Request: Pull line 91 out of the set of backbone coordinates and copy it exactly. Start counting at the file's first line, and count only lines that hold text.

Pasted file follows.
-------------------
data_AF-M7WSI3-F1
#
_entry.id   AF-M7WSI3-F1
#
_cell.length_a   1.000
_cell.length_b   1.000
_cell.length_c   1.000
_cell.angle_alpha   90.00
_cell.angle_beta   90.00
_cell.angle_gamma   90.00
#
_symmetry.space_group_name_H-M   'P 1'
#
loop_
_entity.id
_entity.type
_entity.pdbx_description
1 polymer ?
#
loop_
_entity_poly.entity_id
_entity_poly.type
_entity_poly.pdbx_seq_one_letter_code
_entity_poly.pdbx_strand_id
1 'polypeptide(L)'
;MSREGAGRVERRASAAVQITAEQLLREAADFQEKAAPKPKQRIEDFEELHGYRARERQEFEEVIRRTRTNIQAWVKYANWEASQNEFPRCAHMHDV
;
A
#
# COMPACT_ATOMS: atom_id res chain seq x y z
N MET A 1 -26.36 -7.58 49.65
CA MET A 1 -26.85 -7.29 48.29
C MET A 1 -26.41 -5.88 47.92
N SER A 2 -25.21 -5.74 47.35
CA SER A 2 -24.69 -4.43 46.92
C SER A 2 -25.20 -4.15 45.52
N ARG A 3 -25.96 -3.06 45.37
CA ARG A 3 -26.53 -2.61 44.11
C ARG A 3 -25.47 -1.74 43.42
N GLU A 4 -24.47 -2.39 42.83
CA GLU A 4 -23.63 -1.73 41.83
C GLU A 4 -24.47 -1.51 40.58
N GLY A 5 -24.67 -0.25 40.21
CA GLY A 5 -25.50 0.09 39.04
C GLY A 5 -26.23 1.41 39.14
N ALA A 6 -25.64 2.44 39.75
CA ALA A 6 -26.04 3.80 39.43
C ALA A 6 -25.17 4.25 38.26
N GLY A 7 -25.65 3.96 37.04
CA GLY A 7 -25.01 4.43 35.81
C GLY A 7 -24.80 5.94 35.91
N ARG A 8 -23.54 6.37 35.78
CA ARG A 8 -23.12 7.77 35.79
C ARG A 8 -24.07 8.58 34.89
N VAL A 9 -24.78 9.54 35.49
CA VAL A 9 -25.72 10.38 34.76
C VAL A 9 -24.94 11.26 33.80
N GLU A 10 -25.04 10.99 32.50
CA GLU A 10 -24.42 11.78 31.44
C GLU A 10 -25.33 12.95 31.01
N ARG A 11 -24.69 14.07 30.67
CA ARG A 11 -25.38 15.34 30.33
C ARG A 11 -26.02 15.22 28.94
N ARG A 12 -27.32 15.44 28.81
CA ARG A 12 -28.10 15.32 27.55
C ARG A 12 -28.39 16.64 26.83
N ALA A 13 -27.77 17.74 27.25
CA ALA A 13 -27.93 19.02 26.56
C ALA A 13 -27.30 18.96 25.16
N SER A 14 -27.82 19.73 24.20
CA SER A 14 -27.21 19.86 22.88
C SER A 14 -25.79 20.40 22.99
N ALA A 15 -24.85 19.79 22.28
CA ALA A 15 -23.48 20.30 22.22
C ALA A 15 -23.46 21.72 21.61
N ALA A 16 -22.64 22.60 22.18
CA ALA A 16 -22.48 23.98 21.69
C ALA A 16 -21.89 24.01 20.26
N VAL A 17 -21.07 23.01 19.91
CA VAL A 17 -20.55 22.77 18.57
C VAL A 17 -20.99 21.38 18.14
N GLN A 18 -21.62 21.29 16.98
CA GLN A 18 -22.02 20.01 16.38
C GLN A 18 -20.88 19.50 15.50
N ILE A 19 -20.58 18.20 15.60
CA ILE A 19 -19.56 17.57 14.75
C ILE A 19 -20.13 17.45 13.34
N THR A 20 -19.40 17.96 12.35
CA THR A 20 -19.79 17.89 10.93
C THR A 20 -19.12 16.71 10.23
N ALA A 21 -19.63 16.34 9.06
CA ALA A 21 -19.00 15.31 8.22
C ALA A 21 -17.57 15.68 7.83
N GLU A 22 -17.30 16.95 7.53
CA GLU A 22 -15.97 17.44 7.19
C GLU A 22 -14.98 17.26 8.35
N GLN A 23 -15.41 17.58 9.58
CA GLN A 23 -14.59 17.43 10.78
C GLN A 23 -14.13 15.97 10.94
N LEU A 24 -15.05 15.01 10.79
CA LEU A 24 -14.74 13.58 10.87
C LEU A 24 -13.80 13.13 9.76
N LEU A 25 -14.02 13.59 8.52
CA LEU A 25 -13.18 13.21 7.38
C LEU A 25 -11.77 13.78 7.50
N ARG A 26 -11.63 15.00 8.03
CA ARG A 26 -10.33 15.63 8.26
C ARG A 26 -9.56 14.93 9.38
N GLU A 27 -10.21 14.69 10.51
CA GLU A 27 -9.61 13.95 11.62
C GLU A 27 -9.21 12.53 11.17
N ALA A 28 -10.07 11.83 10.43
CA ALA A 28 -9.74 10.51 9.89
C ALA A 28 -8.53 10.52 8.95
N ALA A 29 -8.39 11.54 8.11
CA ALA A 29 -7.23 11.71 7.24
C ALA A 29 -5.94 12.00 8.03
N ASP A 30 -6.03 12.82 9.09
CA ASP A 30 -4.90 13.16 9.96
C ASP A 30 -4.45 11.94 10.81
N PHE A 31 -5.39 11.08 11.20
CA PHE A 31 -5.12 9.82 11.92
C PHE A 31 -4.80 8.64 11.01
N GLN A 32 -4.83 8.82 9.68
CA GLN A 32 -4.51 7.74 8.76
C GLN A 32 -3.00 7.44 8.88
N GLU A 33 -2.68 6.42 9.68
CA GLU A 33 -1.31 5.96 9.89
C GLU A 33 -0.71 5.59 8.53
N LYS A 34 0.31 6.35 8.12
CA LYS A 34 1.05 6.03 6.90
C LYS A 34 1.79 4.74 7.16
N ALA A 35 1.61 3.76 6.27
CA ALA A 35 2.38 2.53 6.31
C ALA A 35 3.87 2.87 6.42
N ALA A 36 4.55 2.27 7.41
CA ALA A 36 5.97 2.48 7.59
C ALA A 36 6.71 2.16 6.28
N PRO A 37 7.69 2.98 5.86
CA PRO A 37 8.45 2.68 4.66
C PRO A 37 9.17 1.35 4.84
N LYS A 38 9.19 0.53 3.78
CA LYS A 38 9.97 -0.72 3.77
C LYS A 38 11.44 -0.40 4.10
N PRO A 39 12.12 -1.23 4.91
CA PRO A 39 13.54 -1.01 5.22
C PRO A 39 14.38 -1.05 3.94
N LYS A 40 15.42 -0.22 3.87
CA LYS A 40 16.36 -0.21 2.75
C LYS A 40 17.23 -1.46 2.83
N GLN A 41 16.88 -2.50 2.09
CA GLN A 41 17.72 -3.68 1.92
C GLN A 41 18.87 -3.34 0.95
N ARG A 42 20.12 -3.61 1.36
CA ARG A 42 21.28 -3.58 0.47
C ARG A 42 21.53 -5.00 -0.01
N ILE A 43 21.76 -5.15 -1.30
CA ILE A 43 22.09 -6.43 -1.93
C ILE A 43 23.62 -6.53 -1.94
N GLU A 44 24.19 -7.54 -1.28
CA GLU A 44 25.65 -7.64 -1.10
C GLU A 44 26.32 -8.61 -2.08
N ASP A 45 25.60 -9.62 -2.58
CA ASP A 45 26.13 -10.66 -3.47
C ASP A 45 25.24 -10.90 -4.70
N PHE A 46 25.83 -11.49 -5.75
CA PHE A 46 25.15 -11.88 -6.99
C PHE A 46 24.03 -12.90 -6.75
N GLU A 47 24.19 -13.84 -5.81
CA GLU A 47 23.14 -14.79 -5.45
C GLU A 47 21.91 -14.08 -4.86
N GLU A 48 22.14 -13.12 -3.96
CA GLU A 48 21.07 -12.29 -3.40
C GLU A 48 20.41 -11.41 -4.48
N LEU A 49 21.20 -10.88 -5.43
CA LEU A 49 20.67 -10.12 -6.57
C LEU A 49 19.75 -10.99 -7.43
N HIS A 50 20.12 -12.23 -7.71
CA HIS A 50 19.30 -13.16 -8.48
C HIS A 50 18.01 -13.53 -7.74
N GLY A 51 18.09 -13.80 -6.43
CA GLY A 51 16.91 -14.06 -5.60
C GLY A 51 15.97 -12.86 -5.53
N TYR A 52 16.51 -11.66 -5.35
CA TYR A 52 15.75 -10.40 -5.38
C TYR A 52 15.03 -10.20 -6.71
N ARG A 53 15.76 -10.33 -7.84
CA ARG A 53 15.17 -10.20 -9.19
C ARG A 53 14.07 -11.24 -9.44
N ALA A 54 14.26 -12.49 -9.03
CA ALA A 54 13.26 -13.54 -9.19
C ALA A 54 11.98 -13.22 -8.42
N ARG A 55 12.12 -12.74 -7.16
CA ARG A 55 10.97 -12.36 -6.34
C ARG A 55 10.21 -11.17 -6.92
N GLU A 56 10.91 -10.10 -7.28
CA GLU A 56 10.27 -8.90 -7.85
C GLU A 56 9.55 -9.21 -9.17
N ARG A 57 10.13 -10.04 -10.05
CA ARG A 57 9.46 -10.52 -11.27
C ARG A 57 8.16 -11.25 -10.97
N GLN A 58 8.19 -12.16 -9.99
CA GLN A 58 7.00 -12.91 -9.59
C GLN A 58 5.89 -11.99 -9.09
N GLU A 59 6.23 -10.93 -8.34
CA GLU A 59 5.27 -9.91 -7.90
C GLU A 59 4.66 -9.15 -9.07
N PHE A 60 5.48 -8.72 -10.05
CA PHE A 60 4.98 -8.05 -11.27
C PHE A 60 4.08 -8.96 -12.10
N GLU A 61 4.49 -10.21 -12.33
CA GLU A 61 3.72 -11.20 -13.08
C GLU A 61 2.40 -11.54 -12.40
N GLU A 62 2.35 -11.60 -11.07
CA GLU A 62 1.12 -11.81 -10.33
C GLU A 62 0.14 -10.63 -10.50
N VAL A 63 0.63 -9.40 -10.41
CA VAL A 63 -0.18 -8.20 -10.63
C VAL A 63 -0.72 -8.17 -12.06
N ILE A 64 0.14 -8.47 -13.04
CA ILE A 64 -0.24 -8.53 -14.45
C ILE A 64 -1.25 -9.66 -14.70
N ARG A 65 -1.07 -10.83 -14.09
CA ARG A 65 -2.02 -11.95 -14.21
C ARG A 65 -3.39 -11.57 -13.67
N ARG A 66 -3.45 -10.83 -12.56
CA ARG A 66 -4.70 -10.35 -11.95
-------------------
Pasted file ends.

N ALA A 21 -19.63 16.34 9.06